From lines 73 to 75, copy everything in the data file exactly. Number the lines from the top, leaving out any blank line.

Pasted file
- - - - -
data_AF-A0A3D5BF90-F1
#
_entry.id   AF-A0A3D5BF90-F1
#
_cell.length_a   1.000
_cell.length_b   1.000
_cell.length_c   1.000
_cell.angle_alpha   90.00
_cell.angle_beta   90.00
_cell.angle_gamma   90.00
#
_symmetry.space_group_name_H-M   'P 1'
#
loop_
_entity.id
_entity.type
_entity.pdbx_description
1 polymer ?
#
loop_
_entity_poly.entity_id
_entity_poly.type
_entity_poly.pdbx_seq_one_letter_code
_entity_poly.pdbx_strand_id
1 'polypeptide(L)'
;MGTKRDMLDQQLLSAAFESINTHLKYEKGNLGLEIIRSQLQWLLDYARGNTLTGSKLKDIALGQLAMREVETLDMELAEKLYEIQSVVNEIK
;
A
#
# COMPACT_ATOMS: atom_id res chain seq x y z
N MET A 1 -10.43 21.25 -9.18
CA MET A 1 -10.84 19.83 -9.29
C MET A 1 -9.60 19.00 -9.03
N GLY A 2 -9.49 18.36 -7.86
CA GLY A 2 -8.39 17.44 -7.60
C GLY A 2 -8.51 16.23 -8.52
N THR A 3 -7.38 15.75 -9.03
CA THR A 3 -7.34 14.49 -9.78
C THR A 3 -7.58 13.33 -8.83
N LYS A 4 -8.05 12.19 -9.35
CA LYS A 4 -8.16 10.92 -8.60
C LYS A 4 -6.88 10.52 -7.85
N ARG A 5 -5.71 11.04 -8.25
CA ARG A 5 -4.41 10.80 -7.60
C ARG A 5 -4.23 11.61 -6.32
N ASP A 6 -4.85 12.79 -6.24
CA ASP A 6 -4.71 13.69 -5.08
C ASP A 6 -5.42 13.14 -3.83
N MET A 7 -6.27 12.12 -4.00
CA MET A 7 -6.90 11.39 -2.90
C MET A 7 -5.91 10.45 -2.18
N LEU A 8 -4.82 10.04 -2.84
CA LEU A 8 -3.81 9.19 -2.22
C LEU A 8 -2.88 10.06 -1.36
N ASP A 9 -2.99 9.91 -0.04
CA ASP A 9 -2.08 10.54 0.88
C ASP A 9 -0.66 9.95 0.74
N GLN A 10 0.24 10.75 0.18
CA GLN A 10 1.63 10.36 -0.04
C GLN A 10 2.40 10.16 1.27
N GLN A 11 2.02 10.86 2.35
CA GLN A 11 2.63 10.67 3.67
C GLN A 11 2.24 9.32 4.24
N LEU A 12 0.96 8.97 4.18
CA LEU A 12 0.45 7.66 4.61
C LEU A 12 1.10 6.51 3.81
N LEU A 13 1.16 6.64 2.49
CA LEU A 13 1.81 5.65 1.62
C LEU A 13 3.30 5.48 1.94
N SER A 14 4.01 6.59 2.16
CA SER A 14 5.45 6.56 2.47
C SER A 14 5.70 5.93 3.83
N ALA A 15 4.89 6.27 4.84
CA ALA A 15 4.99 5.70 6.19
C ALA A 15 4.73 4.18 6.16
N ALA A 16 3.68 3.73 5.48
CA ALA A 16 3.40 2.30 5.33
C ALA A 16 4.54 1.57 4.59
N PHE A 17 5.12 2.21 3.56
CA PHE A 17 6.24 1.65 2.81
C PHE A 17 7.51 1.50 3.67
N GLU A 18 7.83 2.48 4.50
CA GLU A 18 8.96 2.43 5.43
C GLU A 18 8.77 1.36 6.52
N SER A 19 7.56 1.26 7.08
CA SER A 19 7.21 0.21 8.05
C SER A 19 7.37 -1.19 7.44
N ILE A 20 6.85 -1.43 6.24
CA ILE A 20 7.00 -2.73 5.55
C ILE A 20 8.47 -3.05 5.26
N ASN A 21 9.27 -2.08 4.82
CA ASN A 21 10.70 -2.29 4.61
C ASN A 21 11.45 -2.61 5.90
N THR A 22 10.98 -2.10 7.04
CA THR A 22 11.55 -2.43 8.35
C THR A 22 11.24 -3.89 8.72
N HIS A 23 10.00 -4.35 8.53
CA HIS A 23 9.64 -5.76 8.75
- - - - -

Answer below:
N ALA A 15 4.89 6.27 4.84
CA ALA A 15 4.99 5.70 6.19
C ALA A 15 4.73 4.18 6.16